2017 Laulima O Ka Moana






The Three “Ws”, A Ship at Sea, and ECDIS

Where are we? Where are we going? When do we get there?

ENS Brianna Pacheco using the ship's Electronic Chart Display Information System (ECDIS) to navigate the ship. ECDIS is an “industrial-sized” navigation app that encompasses electronic navigation charts, GPS, gyrocompass, radar, depth sounder, autopilot, automatic route safety scanning programs and a host of other electronic tools.

ENS Brianna Pacheco using the ship's Electronic Chart Display Information System (ECDIS) to navigate the ship. ECDIS is an “industrial-sized” navigation app that encompasses electronic navigation charts, GPS, gyrocompass, radar, depth sounder, autopilot, automatic route safety scanning programs and a host of other electronic tools. Image courtesy of the NOAA Office of Ocean Exploration and Research, 2017 Laulima O Ka Moana. Download larger version (10.0 MB).

July 21, 2017

ENS Brianna Pacheco
Ship’s Navigator
NOAA Corps

All have heard the three “Ws” (Where are we? Where are we going? When do we get there?). Perhaps it was a voice piping up from the back seat of the car while cruising on a road trip. For us, those onboard NOAA Ship Okeanos Explorer, the scientists and crew will call these out over a two-way radio. Time and place – they are always important ashore, but even more so when one is sailing the vast expanse of an endless, featureless ocean.

ENS Brianna Pacheco, one of the ship’s navigators, takes the helm and manually steers the ship on the bridge of the NOAA Ship Okeanos Explorer.

ENS Brianna Pacheco, one of the ship’s navigators, takes the helm and manually steers the ship on the bridge of NOAA Ship Okeanos Explorer. Click image for credit and larger view.

Answering the three “Ws” evolved alongside people’s need to explore. The memories of tribal elders gave way to various means of physically representing our world and our place on it, culminating in the maps and charts we use for navigation today (Note: there is a difference between maps and charts; hint: check out how land and water features are detailed).

Take a hard copy chart or map, digitize the printed information, and ¡Voila!: you have a map app, just like cellphones do. Add amazing technology, like the satellite-based Global Positioning System (GPS), to that app and a personal navigation package is born. Overlay electronic chart data with gyrocompass, radar, depth sounder, autopilot, automatic route safety scanning programs, plus a host of other electronic tools and you get the Okeanos Explorer's Electronic Chart Display Information System (ECDIS).

The Okeanos’ ECDIS is an impressive – and vital – piece of the ship’s navigation equipment. ECDIS is so complete it can even drive the Okeanos from one location to the next (with a little oversight from the ship’s officers); this is a real benefit on long voyages!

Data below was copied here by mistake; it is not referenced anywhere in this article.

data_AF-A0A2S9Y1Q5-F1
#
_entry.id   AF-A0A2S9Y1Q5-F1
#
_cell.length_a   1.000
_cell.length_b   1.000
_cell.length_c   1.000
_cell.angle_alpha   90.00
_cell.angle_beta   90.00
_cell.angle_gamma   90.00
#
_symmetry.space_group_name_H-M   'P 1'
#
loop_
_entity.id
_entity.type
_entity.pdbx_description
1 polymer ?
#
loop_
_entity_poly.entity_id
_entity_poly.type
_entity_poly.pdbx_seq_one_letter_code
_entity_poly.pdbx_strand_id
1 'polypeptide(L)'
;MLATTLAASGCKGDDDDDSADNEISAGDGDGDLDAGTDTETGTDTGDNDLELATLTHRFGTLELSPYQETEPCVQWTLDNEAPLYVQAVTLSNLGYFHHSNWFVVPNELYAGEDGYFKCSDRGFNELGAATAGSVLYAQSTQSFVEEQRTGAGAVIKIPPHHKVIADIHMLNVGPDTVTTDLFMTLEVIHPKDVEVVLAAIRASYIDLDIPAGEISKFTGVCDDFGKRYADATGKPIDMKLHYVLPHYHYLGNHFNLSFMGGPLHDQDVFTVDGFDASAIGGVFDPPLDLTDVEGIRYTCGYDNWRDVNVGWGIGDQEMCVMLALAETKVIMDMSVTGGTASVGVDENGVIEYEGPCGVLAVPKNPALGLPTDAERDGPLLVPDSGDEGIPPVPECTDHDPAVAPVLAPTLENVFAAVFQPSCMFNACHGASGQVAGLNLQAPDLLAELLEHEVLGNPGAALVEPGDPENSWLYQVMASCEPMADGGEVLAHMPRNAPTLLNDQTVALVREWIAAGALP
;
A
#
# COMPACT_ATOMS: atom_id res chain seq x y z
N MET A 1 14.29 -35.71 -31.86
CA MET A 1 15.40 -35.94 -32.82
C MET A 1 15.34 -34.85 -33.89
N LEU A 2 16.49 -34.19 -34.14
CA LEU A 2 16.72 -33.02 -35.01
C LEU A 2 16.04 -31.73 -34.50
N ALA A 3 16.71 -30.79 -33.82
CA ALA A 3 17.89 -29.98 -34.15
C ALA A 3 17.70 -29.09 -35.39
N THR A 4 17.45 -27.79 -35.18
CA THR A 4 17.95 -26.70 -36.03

ECDIS is an “industrial-sized” navigation app that allows ship’s officers to answer the three “Ws” in a fraction of the time, when compared to toiling over conventional paper charts and using “old school” navigation equipment (dividers, pencils, parallel rulers, calculator, etc.). Today’s ship’s officers need to know how to work an ECDIS click-and-drag mouse and computer program as effortlessly as their maritime forebearers worked sextants and magnetic compasses.

ECDIS answering the three “Ws” is not much different from traditional navigation, just faster and more accurate. Paper charts are converted to electronic format. GPS inputs determine the appropriate electronic charts to display and the ship’s location is shown on the chart (the first of the three “Ws”). Charts automatically scroll underway on the monitor via GPS while gyrocompass inputs display the ship’s real-time location/travel direction (the second of the three “Ws”). Instant ECDIS computer calculation of the ship’s power and speed using the ship’s clock, and GPS makes the standard nautical “Distance, Speed, and Time” equation calculation a snap (the third of the three “Ws”). Every “W” is instantly answered right on the monitor!

Okeanos missions are planned years in advance, yet they can change underway at sea quickly. Hurricanes, broken ship equipment, at-sea emergencies, and other “surprises” require constant three “Ws” knowledge. The ECDIS allows tremendous “what if” capabilities to turn mission and navigation surprises into manageable, safe sailing options.

The Okeanos Explorer Captain and officers’ first job is safety, for both ship and crew, while performing our ocean exploration mission. The ECDIS’s multitude of navigation and safety features allow officers to make quick, accurate, informed three “Ws” decisions and do the really important part of their job – looking out the window to answer the most critical “A” question: “Are we safe?”

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